OPINION: Further scrutiny of our town’s budget, bonding

Point of View, By Joe Krakoviak

WEST ORANGE, NJ — Curious about the proposed 2018 municipal budget, its 2-percent tax increase and the proposed $9.2 million bond ordinance that includes a $110,000 “ice bumper car facility”? After the administration’s presentation at the May 22 council meeting, and the subsequent West Orange Chronicle article, it would greatly benefit residents to have additional key information and context.

John Gross, the chief financial officer, presented on the proposed 2-percent increase in the tax levy, which is the amount of taxes required to balance the budget after all other revenue sources. This would be the fourth straight year of a 2-percent levy, which is the maximum allowed under state law — with exceptions.

Gross emphasized what he called the town’s strong 10-year tax-increase record relative to other municipalities and lauded the town’s “relatively stable tax rate.” However, he didn’t mention the more recent four-year history — rate increases nearly double the cited 10-year average. I would argue the more recent record is much more relevant and concerning. Not to mention that the town’s tax base has declined eight years in a row, causing even higher tax rate increases to fund the levy.

Mr. Gross appeared to downplay the 4.4-percent spending increase, an additional $3.5 million to $83.2 million. He rightly pointed to a significant $1.3 million increase in grants. But then he appeared to suggest that we should not consider this amount as a spending increase because of the offsetting grants — as if the remaining difference of a $2.2 million increase should not be concerning.

In one graphic in Gross’ presentation, the years that ran along the horizontal axis of the graph were not a steady progression in one direction. Instead, most of the years appeared randomly placed, raising accuracy questions.

Another graphic, designed to show that West Orange property taxes pay for more services than surrounding municipalities, did not appear to have been updated from four years ago when the chart was first used. For example, it showed no senior citizen services in Montclair; I have spoken with the full-time manager of those programs — they exist.

The mayor also submitted a bond ordinance proposing to borrow nearly $9.2 million for a variety of barely described capital projects. If approved, this would raise debt to a record $82 million. That would represent a 37-percent increase of $22.2 million since the end of 2010. In that time, annual debt service — the payback of principal and interest on this debt — has risen 48 percent, or nearly $2.4 million, to more than $7.3 million. This increase is even more alarming for occurring in a historic period of low interest rates that now appears to be fading, pointing to higher borrowing costs. Gross didn’t include any of these facts except the bonding amount; I had to point them out. Instead, he cited other metrics he said indicated the borrowing was reasonable.

So what has all this borrowing brought us? Recent capital spending has included $200,000 for a skate park and $550,000 to buy a small lot at 665 Eagle Rock Ave. assessed at $103,200 to build approximately 20 parking spaces — when across the street Chase Bank is giving the town approximately 70 spaces for free.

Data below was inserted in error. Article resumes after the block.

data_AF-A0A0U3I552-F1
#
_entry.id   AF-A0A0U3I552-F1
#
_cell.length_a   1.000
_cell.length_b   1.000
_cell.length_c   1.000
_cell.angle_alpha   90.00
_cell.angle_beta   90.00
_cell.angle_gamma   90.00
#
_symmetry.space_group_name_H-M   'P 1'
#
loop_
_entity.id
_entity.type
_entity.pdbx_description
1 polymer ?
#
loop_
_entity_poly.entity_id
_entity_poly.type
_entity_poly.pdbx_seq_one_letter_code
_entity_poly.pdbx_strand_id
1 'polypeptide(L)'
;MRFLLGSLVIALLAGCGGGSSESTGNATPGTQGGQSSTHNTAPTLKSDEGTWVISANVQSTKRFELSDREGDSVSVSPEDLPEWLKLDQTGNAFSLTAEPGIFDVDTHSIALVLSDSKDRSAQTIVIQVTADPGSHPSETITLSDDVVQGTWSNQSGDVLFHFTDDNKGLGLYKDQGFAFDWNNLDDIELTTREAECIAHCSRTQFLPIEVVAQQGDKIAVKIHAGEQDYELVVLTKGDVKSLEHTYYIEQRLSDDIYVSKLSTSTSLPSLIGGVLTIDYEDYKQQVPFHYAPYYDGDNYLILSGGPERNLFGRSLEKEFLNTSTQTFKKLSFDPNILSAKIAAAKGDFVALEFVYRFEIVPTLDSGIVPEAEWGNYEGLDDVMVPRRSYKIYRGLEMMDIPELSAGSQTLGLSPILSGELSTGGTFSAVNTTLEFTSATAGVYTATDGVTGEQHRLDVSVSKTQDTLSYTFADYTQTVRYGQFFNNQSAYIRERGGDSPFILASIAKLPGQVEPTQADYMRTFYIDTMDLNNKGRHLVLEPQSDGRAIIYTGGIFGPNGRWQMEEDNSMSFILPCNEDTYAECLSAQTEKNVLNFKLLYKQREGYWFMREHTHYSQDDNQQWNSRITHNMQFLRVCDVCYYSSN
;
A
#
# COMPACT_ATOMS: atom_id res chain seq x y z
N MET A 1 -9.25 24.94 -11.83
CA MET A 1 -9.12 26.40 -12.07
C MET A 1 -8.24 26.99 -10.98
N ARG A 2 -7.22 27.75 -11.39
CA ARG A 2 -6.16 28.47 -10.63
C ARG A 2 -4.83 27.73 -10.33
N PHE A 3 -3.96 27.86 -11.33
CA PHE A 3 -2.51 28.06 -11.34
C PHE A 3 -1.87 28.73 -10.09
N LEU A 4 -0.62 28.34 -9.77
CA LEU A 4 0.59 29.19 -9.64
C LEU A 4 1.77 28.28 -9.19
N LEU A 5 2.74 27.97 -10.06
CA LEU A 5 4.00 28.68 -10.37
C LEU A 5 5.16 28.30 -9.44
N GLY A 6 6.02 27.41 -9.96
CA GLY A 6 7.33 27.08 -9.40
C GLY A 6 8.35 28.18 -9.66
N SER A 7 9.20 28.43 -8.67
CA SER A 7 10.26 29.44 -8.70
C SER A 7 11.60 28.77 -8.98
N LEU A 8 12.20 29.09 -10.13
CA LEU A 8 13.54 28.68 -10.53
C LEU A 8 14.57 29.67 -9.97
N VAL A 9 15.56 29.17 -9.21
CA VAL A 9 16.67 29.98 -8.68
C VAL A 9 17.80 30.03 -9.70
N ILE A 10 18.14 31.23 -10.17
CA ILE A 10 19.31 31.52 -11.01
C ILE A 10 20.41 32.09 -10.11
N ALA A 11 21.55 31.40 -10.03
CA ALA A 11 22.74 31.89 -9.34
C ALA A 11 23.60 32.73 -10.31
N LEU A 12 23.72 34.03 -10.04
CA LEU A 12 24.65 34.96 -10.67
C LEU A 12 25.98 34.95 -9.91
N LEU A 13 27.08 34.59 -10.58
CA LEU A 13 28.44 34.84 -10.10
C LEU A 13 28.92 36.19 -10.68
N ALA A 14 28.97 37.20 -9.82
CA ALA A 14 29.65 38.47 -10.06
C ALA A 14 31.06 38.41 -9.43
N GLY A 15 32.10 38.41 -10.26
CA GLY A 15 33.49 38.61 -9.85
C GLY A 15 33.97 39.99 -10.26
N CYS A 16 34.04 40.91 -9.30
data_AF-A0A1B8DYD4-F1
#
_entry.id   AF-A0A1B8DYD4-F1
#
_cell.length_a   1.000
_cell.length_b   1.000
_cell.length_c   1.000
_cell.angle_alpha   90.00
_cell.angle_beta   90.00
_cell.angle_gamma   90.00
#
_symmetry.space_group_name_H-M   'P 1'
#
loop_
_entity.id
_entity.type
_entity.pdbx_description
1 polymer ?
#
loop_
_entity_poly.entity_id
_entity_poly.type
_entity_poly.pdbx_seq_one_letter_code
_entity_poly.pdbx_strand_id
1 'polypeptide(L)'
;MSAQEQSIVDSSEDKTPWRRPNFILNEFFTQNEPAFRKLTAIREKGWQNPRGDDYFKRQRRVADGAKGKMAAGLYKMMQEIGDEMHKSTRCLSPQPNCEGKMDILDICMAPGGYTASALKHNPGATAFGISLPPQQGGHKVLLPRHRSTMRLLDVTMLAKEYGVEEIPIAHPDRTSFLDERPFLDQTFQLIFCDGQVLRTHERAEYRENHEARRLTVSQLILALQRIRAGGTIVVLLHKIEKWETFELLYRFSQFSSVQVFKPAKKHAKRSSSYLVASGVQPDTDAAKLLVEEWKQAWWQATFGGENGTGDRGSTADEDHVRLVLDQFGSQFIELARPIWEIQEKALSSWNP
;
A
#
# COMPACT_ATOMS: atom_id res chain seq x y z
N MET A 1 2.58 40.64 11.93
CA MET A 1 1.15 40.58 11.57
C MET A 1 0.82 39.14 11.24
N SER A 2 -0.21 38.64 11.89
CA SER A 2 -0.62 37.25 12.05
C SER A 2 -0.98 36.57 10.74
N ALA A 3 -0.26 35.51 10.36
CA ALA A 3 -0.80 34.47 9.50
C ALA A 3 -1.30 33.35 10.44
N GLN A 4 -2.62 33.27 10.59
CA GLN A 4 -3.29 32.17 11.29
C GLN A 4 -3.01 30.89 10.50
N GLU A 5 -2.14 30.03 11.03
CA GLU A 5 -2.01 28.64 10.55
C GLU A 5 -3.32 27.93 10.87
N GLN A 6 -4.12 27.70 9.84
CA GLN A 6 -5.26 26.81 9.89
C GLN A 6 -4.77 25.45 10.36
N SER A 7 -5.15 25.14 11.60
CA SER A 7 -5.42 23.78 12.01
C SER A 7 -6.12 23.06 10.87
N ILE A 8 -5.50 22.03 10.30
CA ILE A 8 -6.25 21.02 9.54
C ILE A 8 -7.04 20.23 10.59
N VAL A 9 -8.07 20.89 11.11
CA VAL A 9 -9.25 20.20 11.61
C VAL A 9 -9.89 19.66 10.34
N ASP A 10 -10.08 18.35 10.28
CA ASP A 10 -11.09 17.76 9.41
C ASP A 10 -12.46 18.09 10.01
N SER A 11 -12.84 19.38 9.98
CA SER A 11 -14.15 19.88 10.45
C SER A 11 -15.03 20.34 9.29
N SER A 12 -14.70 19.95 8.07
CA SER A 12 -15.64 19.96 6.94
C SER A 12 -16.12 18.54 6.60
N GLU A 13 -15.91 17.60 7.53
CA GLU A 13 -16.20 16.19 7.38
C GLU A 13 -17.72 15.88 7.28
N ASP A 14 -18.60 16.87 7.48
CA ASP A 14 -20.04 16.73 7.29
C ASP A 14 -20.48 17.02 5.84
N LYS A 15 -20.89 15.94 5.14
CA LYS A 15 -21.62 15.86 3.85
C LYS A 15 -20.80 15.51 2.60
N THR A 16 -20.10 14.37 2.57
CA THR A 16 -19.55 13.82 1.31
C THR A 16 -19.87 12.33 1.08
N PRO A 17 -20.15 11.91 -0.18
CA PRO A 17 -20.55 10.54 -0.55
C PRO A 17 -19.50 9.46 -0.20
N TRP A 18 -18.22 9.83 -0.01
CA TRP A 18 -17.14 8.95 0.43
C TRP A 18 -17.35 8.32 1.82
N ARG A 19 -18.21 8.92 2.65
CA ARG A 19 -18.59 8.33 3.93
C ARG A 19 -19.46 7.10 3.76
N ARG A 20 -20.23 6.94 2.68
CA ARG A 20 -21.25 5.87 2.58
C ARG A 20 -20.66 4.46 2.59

The ordinance included spending on traditional road improvements and building repairs. But one item caught many eyes — $110,000 for the “ice bumper car facility.” Gross didn’t have much information, except to say that children tend to like it and that the mayor is leading the effort. Meanwhile, in a later discussion, the town engineer told the council the town’s fire stations continued in need of more than $2 million of repairs, but are only allocated $600,000 from this bonding.

So why are we even looking to build an “ice bumper car facility” and buy LED traffic signs for as much as $20,000 per unit when first-responder facilities have such tremendous need? Where are our priorities?

While Gross’ presentation made a case for reasonableness, one area of spending increases that he did not address was more than $90,000 in “special requests.” These were promotions and pay increases that were not required by law or labor contracts. Each item was uniformly approved by the council majority earlier, except for moving half of two $10,000 raises into the 2019 budget. I voted only for a $5,000 increase for an additional driver for badly needed senior-citizen busing.

Among those pay increases were the fourth and fifth consecutive annual raises for Gross. Since he was paid $140,352 in 2014, his pay has risen annually to $168,935 this year and at least to $173,935 next year. Over that period, Gross’ pay has increased a whopping $33,583, or nearly 24 percent.

Gross’ 2018 raise was only part of large increases given to him and three other employees in his department. Including him, three raises of either $10,000 or $11,000 were given to employees already making more than $100,000. The fourth employee, who received a $5,000 raise, was already paid nearly $65,000. In all, these four employees are due total increased pay of $36,000.

Is this a budget and bond ordinance that, in Gross’ words, deliver “tremendous value”? Not yet. Although I requested that he put some of this additional information on the town website, neither the presentation nor the Supplemental Debt Statement showing the impact of the bonding is online nearly two weeks later. Perhaps because more transparency would bring more skeptical scrutiny? You can watch the meeting by clicking on “Council Members & Meeting Videos” at www.WestOrange.org. Perhaps we’ll find out at the June 12 council meeting, where I hope residents will provide input.

Joe Krakoviak is a member of the West Orange Township Council.

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